"Other revenues" are projected to account for more than 12 per cent of total worldwide airline revenues this year and next for the first time, according to Iata (International Air Transport Association), mainly as a result of weakness in passenger ticket and cargo revenues and the growth in ancillaries.
However, the Geneva-based global aviation trade body does not provide a definitional breakdown of this "other revenue" category, but it does exclude cargo revenues. Ancillary revenues are expected to continue to rise as a proportion of total revenue as airlines become increasingly sophisticated about these new revenue streams, according to the Capa study.
LCCs lead the way
Globally, ancillary revenues already account for greater than 15 per cent of total revenue at leading LCCs, including Allegiant, Ryanair and easyJet.
Unlike Southwest and JetBlue, most of the low-cost carriers outside the US are charging for checked baggage, with the fees accounting for significant proportions of their profits.
Allegiant was the largest ancillary revenue generator (as a percentage of total revenue) in 2008, followed by Ryanair, easyJet, Jet2.com and Vueling, according to Capa research.
In the second quarter of 2009, the leading LCCs had made further gains in their ancillary revenue drives.
Airline "merchandising", when done thoughtfully and supported through each of the airline sales channels can be good for carriers and their customers, said the report.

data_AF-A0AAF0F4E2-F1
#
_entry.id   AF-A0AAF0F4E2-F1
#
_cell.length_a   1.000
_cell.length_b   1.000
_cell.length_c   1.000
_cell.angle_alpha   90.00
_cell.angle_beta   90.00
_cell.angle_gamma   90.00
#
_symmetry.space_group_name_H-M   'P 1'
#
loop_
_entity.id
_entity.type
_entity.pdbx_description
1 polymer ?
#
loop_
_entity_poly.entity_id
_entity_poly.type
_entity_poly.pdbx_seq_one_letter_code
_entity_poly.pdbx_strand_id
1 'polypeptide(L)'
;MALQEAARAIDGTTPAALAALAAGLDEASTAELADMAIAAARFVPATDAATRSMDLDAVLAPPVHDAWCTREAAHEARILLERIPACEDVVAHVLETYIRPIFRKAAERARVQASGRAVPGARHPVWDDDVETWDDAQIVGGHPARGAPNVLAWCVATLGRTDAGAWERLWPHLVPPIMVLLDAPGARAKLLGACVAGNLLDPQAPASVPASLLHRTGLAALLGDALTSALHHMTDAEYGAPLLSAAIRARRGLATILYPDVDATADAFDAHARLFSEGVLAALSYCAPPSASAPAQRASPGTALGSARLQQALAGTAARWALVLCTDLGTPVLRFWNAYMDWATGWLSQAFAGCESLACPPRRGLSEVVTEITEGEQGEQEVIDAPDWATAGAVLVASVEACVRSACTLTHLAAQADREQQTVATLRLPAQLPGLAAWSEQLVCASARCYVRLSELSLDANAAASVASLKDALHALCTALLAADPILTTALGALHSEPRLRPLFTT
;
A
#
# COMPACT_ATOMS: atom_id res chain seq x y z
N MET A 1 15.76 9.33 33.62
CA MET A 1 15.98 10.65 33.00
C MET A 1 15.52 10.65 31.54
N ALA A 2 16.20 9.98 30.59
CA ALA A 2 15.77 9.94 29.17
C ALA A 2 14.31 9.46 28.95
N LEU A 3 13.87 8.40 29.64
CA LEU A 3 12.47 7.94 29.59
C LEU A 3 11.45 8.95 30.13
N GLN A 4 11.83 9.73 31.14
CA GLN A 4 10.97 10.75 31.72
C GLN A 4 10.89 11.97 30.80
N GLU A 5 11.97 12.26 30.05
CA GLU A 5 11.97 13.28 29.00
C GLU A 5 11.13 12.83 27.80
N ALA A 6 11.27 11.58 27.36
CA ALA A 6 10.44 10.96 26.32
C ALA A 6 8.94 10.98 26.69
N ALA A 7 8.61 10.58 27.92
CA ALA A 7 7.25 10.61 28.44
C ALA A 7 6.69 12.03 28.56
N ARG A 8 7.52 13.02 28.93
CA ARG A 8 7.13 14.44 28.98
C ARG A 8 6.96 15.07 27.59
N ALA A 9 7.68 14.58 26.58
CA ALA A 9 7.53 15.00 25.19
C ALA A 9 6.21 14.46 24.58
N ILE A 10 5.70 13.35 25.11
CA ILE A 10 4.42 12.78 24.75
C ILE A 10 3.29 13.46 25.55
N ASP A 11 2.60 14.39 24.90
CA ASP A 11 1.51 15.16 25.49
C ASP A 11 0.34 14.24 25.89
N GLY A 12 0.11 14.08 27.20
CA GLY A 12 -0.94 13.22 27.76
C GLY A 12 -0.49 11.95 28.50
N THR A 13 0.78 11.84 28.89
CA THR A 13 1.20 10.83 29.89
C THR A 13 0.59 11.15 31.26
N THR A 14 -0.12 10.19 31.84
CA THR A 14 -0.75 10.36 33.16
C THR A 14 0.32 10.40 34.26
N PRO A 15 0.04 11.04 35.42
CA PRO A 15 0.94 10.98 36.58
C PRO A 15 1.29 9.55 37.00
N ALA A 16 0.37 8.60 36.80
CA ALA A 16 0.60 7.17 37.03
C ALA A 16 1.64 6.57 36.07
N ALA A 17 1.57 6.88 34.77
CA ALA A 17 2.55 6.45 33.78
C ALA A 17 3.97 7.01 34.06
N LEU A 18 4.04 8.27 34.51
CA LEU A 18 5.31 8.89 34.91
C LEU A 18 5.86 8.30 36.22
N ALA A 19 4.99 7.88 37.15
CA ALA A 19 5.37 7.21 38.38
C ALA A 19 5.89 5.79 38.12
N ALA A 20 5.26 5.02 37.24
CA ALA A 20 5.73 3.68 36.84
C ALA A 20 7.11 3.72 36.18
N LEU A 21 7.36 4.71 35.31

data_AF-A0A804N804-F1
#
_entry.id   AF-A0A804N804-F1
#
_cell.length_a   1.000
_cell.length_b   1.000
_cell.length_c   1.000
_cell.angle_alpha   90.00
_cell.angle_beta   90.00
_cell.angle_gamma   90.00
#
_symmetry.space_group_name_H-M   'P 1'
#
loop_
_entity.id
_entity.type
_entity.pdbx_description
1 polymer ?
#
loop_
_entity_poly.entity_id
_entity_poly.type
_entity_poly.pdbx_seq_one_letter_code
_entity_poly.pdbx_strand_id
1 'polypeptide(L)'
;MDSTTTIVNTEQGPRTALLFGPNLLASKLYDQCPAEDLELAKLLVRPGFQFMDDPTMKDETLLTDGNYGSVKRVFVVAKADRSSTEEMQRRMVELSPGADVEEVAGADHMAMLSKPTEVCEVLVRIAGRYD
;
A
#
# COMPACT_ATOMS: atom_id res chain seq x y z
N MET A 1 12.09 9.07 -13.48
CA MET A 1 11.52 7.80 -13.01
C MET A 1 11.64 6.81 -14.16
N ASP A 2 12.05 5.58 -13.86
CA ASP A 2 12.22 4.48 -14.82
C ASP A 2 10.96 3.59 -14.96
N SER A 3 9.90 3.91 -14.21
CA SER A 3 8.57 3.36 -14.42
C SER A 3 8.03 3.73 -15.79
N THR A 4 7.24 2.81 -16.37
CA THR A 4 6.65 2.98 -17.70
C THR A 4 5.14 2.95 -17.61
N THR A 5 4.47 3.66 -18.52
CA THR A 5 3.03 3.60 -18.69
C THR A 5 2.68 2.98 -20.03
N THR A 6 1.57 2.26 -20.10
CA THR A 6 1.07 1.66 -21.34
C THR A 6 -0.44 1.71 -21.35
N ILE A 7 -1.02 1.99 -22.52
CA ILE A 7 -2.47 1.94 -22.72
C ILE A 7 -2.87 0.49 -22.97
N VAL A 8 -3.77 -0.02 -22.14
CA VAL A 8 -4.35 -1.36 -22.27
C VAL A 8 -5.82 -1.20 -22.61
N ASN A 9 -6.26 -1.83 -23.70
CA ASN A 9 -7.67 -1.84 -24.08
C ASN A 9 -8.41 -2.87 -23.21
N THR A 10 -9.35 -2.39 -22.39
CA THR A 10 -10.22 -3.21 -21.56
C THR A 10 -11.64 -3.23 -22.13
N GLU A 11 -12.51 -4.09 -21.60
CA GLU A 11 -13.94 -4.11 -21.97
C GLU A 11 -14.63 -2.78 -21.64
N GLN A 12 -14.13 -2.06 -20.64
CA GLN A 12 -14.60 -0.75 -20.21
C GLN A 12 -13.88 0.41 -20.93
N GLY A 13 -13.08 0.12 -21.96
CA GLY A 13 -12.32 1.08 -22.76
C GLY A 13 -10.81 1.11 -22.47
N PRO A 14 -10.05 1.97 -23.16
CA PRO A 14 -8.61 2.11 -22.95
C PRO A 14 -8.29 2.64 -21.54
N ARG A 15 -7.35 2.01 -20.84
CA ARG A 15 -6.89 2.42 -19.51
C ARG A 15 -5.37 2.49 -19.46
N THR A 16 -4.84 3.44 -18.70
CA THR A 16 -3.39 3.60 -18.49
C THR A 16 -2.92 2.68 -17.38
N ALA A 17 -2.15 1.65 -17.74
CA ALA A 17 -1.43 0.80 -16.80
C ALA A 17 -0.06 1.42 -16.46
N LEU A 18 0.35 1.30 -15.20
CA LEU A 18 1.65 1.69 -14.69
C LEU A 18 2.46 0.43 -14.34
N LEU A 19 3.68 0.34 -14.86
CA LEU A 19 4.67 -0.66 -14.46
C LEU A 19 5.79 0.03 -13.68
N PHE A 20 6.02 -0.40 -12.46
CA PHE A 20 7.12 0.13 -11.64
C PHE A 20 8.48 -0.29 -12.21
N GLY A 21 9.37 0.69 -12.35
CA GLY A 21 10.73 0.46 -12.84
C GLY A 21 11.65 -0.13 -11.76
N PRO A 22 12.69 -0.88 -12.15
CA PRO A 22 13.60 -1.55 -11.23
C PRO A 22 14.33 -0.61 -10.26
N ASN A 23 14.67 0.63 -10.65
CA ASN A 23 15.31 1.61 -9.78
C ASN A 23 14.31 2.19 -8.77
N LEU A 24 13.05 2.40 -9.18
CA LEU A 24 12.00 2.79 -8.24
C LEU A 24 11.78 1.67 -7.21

In the Asia Pacific region, for instance, the LCCs have exploited ancillary products while full service carriers are only beginning to dabble into the concept.
AirAsia CEO, Tony Fernandes, recently said that ancillary revenues support high profit margins and stable profits, as they are not seasonally sensitive. He was recently quoted as saying that ancillary revenue generation was a "very good buffer for the oil price".
Iata estimates that $80bn in revenues will vanish from member airline industry coffers this year, falling to $456bn, or 15 per cent lower than 2008 levels. But "other revenue" (that is non passenger/cargo) would grow by almost six per cent this year to $56bn worldwide, as per the Iata forecast for 2010.
"Other revenues" of the Iata members (which are largely non-LCC airlines) will, meanwhile, reach $58bn next year – double the level achieved in 2001.
"Full service carriers are today trying to re-build and differentiate their brands in order to compete strategically with the LCCs, while still providing the quality service, said Capa research.
It adds that for the LCC segment, the issue is one of adding unbundled services and charging for them.
Cancelling and rebooking fees have increased significantly in Asia, along with booking classes that do not accrue mileage, as per the Capa research.
Revenue from fees imposed for cancelling or rebooking flights by all US airlines went up by 52 per cent in Q2 2009, while revenue from miscellaneous fees (including assigning seats, flying pets and fees paid to the airlines for collecting airport passenger facility charges) totalled $67m in the quarter, marking a 19 per cent rise year-on-year, Capa said.
Whereas, combined, baggage fees and additional charges increased 65 per cent year-on-year, to $3.6bn in the quarter.
As the US airlines rack up around $4bn in revenue from baggage fees alone this year, full service airlines around the world look on with interest, with many likely to follow suit shortly.